Identifying the right reasons for starting your business is extremely important in taking the first steps into entrepreneurship. I wrote an entire article last week on what you should be aware of before you quit your job.
This week, assuming you're starting up for the right reasons, I will guide you through the steps you need to take to launch your first startup.
Before you quit your job to launch your startup, you need to first validate your idea. You need to know whether people actually want what you're building. Quitting your job to build something that people don't want would be a foolish thing to do. So the best way to do this would be to launch a side project while you're still in a job.
If you're launching a product in the consumer space, start out with a basic prototype or a minimum viable product and use employees at your company as potential customers. What this means is, don't look for perfection, rather get a working product that offers the core value or feature you envision. The idea is to quickly get feedback with the least amount of investment put in to build the product. Once you start to get feedback and traction from users, you can then make changes or enhancements to the product.
If you're in the B2B space, go sell the concept to another company and ask whether they'd be interested in buying the first instance of the core product, after which they will get all the upgrades for free.
The moment you find the first few sets of customers who are willing to pay for your product or service, you've got your idea validated and know that there truly is a demand for it.
This is the defining moment. To do or not to do. If you really want to launch a startup, then at this point your idea is validated, you have a working prototype, and you need to start building traction among customers while simultaneously enhancing the product to suit their needs.
You need to put in your papers now. Just do it. Necessity is the mother of invention and each problem has a solution. So when you're faced with a problem, you will find a solution. Do not worry at this stage about problems you don't have. Put your product into production and, at the same time, turn your papers in.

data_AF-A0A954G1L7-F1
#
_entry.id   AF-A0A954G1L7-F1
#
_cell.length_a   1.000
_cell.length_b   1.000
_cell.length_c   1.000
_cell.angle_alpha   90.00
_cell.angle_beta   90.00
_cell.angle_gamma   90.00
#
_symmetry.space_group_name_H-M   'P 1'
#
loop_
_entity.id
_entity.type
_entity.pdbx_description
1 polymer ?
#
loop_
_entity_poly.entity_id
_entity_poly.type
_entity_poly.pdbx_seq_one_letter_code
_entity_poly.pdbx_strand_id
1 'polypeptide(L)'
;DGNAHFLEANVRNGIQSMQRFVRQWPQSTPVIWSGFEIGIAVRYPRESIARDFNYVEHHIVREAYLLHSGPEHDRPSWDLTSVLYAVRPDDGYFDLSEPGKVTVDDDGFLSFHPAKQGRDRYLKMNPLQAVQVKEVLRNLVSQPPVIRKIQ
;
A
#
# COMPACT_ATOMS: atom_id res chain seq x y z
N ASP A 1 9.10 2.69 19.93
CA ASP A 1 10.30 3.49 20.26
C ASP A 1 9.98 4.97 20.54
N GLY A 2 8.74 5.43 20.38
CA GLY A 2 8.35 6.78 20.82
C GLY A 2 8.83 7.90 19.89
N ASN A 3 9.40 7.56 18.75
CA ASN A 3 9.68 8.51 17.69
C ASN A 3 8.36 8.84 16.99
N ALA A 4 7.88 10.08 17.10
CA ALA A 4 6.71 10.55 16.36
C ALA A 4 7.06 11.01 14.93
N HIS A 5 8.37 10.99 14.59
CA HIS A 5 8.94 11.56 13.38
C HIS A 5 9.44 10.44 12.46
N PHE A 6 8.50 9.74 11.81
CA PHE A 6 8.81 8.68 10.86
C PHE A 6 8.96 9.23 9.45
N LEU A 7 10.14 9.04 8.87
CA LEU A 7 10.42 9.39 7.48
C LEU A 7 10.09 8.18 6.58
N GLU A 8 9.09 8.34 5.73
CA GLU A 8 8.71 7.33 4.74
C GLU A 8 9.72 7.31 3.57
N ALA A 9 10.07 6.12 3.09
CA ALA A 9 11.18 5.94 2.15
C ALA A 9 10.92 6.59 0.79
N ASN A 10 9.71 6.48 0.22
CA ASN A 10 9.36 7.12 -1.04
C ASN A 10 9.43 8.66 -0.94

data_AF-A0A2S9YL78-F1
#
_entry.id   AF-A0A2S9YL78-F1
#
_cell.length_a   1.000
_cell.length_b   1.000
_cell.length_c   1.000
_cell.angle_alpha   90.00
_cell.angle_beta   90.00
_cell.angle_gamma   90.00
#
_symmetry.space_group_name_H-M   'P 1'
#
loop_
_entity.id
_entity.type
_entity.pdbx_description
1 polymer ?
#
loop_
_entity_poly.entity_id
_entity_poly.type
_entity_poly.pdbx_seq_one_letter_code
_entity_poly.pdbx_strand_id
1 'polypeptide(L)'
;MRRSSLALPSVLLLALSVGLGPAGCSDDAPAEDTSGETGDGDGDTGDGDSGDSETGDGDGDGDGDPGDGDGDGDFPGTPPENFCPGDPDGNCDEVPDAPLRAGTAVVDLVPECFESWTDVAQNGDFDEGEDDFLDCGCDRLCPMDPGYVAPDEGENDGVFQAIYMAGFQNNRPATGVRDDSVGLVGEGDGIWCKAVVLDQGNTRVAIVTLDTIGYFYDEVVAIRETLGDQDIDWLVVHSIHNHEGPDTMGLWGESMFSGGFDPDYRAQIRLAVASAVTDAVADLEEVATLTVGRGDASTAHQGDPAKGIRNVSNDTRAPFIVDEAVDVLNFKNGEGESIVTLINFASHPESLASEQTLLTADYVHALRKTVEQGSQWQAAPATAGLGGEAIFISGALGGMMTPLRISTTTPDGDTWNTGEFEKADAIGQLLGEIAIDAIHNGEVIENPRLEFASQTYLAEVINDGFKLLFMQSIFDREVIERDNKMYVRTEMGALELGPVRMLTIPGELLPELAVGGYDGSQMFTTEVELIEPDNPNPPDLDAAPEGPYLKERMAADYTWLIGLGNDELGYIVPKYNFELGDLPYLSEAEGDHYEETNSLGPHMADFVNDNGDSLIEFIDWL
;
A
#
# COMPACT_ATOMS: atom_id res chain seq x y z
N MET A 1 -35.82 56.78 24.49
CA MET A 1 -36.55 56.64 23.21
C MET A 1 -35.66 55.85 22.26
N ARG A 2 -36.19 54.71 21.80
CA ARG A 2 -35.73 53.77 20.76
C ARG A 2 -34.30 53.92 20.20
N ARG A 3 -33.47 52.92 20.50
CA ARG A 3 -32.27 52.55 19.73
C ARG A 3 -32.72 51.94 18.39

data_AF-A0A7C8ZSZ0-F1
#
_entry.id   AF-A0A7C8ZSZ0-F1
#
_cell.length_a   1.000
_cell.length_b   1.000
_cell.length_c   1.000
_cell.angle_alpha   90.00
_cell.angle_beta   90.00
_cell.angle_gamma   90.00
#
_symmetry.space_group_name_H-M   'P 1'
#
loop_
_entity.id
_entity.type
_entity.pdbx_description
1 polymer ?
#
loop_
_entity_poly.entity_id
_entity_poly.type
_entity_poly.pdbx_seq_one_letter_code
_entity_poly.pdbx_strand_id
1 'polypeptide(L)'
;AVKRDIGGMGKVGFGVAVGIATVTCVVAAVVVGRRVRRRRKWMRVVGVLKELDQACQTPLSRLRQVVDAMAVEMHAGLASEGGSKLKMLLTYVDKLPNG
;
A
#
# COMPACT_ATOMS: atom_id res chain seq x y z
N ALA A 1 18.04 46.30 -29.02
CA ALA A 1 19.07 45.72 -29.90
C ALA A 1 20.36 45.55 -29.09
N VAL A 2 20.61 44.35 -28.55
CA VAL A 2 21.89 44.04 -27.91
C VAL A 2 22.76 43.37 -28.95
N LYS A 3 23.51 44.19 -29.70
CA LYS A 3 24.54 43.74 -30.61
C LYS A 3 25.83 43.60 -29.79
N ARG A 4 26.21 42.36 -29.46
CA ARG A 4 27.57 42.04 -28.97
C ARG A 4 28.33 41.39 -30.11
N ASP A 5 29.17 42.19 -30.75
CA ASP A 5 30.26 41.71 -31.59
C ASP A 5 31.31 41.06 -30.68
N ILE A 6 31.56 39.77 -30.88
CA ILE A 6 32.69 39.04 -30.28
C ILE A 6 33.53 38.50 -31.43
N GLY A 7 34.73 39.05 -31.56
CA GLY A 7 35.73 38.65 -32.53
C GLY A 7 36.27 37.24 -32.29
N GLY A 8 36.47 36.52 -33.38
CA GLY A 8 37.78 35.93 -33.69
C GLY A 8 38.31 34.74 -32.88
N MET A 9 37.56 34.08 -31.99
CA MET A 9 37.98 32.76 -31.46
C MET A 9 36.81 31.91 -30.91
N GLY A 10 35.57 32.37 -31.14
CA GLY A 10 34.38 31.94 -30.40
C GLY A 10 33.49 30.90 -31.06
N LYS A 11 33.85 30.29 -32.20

It may be prudent to save up enough funds to last you at least three to six months without your product making any money, and I've known entrepreneurs who quit their jobs once their product started rolling in revenues.
This is a highly personal call, and you have to secure your family before you take the plunge. It may be easier if you don't have additional responsibilities or dependents. But the only way to build a sustainable long-term business is to give it your all. So don't think about sailing in two boats at the same time.
Keep trying to acquire customers. Manually. And focus on delighting each and every one of them. That way, by the time you come out of your job, you will have established a customer base that has had adequate experience with your product and will be delighted enough (assuming you put your efforts into this) to share it with their networks.
The compounded effect of referrals and your ongoing work recruiting customers will help your startup to grow and reach a sizable number of customers within a very short period of time.
Paul Graham of Y Combinator put this brilliantly in one of his recent essays: "The mistake [entrepreneurs] make is to underestimate the power of compound growth. If you have 100 users, you need to get 10 more next week to grow 10% a week. And while 110 may not seem much better than 100, if you keep growing at 10% a week you'll be surprised how big the numbers get. After a year, you'll have 14,000 users, and after two years you'll have 2 million."
The day you're set free is the moment of truth. Now you've got a real business with real customers, and if you've done well this far, you probably also have your first set of employees. Whatever it takes, you have to walk, take bigger steps, and eventually run. If you've set your mind to it, there's no reason why you shouldn't go for it.
Keep your focus on how you can delight every single customer, and there's no reason why you can't change the world in your own way.